Justice could soon be around the corner for victims of sexual abuse in France. The European nation announced this week they intend to establish a legal age of consent for the first time. It is an important step in prosecuting sexual predators, something made difficult with the previous absence of an age of consent.
The country will set the age of consent at 15. While not officially in law yet, the Justice Ministry has ensured “the government is determined to act quickly to implement the changes that our society expects.”
The lack of an age of consent has halted prosecution of sexual predators for years. While the law as currently written bans sexual relations between a minor under the age of 15 and an adult, it also accepts the possibility of someone under 15 capable of giving consent. This has resulted in many adults being prosecuted for sexual assault rather than rape, receiving a lighter sentence. The age of consent will close this loophole.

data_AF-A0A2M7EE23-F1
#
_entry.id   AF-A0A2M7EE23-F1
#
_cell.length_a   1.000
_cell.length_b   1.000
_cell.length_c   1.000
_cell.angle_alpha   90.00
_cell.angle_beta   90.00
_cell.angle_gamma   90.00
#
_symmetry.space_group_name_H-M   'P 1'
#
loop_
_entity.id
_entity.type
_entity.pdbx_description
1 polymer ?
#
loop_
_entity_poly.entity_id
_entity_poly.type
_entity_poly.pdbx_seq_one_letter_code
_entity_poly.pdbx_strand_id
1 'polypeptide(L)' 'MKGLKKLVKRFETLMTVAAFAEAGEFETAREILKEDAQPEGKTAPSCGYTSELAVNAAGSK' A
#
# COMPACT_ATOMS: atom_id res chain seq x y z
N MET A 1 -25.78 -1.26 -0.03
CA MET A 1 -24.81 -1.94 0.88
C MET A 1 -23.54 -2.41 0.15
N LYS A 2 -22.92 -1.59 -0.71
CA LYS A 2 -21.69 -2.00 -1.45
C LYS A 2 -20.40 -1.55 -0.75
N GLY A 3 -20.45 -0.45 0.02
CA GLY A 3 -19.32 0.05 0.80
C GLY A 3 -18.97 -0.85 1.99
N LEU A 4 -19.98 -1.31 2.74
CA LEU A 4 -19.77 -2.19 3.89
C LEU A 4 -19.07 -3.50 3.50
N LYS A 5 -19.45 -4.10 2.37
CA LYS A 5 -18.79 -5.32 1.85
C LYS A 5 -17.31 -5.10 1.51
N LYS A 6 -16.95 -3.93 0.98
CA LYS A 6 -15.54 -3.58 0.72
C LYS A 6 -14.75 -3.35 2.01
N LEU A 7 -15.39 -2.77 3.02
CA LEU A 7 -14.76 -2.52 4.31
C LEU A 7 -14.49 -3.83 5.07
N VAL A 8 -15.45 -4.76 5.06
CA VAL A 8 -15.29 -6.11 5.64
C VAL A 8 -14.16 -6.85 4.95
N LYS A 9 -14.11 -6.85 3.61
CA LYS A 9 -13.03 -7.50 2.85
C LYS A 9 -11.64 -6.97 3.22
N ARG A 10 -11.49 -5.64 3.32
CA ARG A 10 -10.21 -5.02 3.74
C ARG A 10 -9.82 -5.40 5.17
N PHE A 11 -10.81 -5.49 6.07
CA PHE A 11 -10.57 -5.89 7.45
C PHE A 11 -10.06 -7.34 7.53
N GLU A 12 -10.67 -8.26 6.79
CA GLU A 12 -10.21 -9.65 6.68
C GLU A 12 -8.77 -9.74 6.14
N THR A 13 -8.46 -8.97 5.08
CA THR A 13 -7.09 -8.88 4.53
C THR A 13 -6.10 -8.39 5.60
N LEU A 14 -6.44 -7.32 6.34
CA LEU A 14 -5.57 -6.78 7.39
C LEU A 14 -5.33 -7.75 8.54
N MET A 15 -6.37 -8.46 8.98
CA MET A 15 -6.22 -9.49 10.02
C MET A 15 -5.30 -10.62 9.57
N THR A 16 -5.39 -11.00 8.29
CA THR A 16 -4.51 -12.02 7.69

The country is also considering changes to the statute of limitations. Currently, child victims are able to file complaints until the age of 48.
The announcement is seen as long overdue to many. Previous efforts to establish an age of consent over the past few years, particularly following the MeToo movement, failed to come to fruition. With the Justice Ministry’s announcement, it seems this time is different.